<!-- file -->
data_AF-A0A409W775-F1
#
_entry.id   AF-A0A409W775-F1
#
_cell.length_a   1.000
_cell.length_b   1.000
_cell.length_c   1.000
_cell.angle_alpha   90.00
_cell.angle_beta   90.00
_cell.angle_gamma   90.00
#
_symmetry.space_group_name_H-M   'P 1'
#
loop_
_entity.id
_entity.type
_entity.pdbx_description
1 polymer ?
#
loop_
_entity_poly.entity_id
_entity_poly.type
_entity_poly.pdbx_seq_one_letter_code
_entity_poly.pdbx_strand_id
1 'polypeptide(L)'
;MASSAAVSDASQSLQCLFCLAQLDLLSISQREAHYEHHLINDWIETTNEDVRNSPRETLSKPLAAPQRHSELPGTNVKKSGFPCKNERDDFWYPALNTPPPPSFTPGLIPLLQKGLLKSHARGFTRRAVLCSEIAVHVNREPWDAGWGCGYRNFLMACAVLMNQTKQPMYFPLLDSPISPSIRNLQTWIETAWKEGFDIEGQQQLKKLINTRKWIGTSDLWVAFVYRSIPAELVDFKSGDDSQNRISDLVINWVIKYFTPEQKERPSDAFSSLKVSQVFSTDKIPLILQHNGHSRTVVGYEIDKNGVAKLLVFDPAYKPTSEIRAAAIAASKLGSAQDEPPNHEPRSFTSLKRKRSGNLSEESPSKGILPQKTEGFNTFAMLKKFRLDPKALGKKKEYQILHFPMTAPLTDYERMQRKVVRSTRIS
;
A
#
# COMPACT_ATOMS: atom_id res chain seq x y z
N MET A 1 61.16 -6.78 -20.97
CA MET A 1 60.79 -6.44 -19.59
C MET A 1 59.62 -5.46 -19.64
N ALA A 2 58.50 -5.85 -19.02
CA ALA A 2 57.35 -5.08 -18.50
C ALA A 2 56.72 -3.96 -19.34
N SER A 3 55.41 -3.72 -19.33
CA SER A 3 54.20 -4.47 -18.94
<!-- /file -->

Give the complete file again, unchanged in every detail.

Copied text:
data_AF-A0A409W775-F1
#
_entry.id   AF-A0A409W775-F1
#
_cell.length_a   1.000
_cell.length_b   1.000
_cell.length_c   1.000
_cell.angle_alpha   90.00
_cell.angle_beta   90.00
_cell.angle_gamma   90.00
#
_symmetry.space_group_name_H-M   'P 1'
#
loop_
_entity.id
_entity.type
_entity.pdbx_description
1 polymer ?
#
loop_
_entity_poly.entity_id
_entity_poly.type
_entity_poly.pdbx_seq_one_letter_code
_entity_poly.pdbx_strand_id
1 'polypeptide(L)'
;MASSAAVSDASQSLQCLFCLAQLDLLSISQREAHYEHHLINDWIETTNEDVRNSPRETLSKPLAAPQRHSELPGTNVKKSGFPCKNERDDFWYPALNTPPPPSFTPGLIPLLQKGLLKSHARGFTRRAVLCSEIAVHVNREPWDAGWGCGYRNFLMACAVLMNQTKQPMYFPLLDSPISPSIRNLQTWIETAWKEGFDIEGQQQLKKLINTRKWIGTSDLWVAFVYRSIPAELVDFKSGDDSQNRISDLVINWVIKYFTPEQKERPSDAFSSLKVSQVFSTDKIPLILQHNGHSRTVVGYEIDKNGVAKLLVFDPAYKPTSEIRAAAIAASKLGSAQDEPPNHEPRSFTSLKRKRSGNLSEESPSKGILPQKTEGFNTFAMLKKFRLDPKALGKKKEYQILHFPMTAPLTDYERMQRKVVRSTRIS
;
A
#
# COMPACT_ATOMS: atom_id res chain seq x y z
N MET A 1 61.16 -6.78 -20.97
CA MET A 1 60.79 -6.44 -19.59
C MET A 1 59.62 -5.46 -19.64
N ALA A 2 58.50 -5.85 -19.02
CA ALA A 2 57.35 -5.08 -18.50
C ALA A 2 56.72 -3.96 -19.34
N SER A 3 55.41 -3.72 -19.33
CA SER A 3 54.20 -4.47 -18.94